…and that is an unqualified Good Thing, at least in my book. In any normal, sane World Cup that happens in the summer instead of disrupting everything and that leads to the deaths of more than 6,000 “workers” in the host nation, we’d want the lads to all get their time on the pitch, making meaningful contributions and pushing their respective national teams towards glory. To a degree, I want that this year, but, given the timing of this Cup and our ambitions in the Prem, I don’t think I’m wrong when I look at the minutes our boys have played compared to the minutes of our rivals’ players. Our squad is still on the thin side. Fewer minutes equals fresher legs.

 After Thursday’s matches, then, here’s how the minutes add up for outfield players:

  • Man City: 2,562
  • Man U: 1,790
  • Topspur: 1,714
  • Chelsea: 1,699
  • Liverpool: 771
  • AFC: 633

While a very good case should be made for adding in Brighton and Newcastle, I found this on Twitter and am far too, um, busy to look those up. That said, we and Liverpool look likely to emerge from this travesty—um, I mean glorious testament to the spirit of the game—with relatively fresh players. For us, most of these minutes are from Saka (149), Partey (180), and Xhaka (180), who are three of our most-instrumental players. These numbers will change, what with Ghana, Switzerland, South Korea, Brazil, and Portugal all playing today, but the broad trend will remain the same.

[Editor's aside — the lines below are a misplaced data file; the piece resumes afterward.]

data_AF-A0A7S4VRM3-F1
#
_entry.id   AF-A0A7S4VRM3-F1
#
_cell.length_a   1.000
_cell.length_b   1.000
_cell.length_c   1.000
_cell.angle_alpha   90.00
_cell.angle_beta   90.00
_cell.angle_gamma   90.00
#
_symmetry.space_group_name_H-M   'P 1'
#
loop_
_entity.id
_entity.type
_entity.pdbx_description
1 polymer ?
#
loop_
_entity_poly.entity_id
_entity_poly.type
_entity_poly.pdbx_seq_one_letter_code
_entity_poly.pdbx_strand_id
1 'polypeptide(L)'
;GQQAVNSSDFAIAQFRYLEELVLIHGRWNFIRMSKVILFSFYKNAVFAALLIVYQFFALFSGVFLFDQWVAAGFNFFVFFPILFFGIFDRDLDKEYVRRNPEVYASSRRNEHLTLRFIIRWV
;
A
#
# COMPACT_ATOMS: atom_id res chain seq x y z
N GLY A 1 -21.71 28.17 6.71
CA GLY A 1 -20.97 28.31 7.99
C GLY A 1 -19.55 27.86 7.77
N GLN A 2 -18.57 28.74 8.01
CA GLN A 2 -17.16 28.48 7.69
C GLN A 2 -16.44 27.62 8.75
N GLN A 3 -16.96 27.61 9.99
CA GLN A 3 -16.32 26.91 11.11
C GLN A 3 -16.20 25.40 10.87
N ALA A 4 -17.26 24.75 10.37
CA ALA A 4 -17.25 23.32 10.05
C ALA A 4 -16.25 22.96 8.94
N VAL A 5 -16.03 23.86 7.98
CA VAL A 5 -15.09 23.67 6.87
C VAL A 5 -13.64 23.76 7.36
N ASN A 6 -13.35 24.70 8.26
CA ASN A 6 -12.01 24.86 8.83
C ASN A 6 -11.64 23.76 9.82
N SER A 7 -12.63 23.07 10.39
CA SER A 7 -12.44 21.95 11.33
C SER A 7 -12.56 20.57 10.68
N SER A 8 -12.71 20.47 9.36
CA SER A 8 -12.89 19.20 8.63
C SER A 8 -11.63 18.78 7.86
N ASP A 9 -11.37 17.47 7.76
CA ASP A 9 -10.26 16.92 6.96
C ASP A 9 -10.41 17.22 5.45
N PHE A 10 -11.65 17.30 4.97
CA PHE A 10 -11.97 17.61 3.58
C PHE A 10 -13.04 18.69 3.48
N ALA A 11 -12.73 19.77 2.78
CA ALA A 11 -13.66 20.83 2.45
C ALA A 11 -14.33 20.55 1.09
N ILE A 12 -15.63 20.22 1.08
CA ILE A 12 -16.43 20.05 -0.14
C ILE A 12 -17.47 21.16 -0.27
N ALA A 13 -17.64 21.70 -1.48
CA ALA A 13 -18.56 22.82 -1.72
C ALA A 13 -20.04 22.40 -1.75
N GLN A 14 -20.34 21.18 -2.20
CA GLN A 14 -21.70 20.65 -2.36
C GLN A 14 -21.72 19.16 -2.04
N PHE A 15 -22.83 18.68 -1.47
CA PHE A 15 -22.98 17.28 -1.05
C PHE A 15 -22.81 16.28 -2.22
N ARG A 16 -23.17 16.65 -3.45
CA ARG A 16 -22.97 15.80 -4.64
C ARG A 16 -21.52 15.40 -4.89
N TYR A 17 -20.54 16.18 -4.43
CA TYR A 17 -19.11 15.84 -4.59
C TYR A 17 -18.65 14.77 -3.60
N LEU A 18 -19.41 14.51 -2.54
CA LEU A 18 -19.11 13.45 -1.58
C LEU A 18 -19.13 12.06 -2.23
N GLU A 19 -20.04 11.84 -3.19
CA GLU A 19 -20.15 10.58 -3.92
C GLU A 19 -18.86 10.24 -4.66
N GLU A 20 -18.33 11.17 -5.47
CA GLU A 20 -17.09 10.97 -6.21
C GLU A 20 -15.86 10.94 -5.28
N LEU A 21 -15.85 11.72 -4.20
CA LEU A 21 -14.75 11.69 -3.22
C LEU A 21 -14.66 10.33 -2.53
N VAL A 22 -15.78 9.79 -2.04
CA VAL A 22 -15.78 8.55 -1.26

Still, there’s something to be said about the confidence and inspiration of representing one’s national team, and that can carry over to the club. We’ve seen a vital version of that after Saka was called up on to take a penalty for England at Euro 2020 only to have Donnarumma save. Since then, Saka has been imperious, insisting on taking pens—and doing so with aplomb—ever since.

Along similar lines, then, I see a nice, shiny, silver lining along the edges of our players’ exclusion from their respective squads. Not only will they come back to the Arsenal fresh and, for the most part, rested; they’ll come back feisty and fighty (okay, so not really a word, but I craved some alliteration and you know what I mean). Jesus, Big Gabi, Saliba, Martinelli, Ramsdale, and Tomiyasu will come back to the club bound and determined to fight and fresh as daisies as well because we all know how, um feisty daisies are? 

What’s more, those are some heavy, heavy minutes for Man City, Man U, Tottenham, and Chelsea. Even going into this World Cup, there were concerns around Kane’s fitness, de Bruyne’s motivation, Ronaldo’s presence, and, well, all of Chelsea. Emerging from this not-at-all controversy of a World Cup, it looks like we’ll have a leg up on our competitors due to those fresh legs. While I’m sure that I’m not alone in hoping that England, Brazil, Switzerland, France, Japan, and the US all find a way to win the World Cup this year, bringing untold glory to each of our lads from each of those national teams, let’s just admit that this is a bit of a pipe-dream. Six teams winning the World Cup in one season? Madness. Four? It’s possible. Two? Stranger things have happened.

More realisitc is to think that our lads will come back ready to hit the ground running while most of our opponents’s players will come back with rubber legs and weary spirits. I can live with that.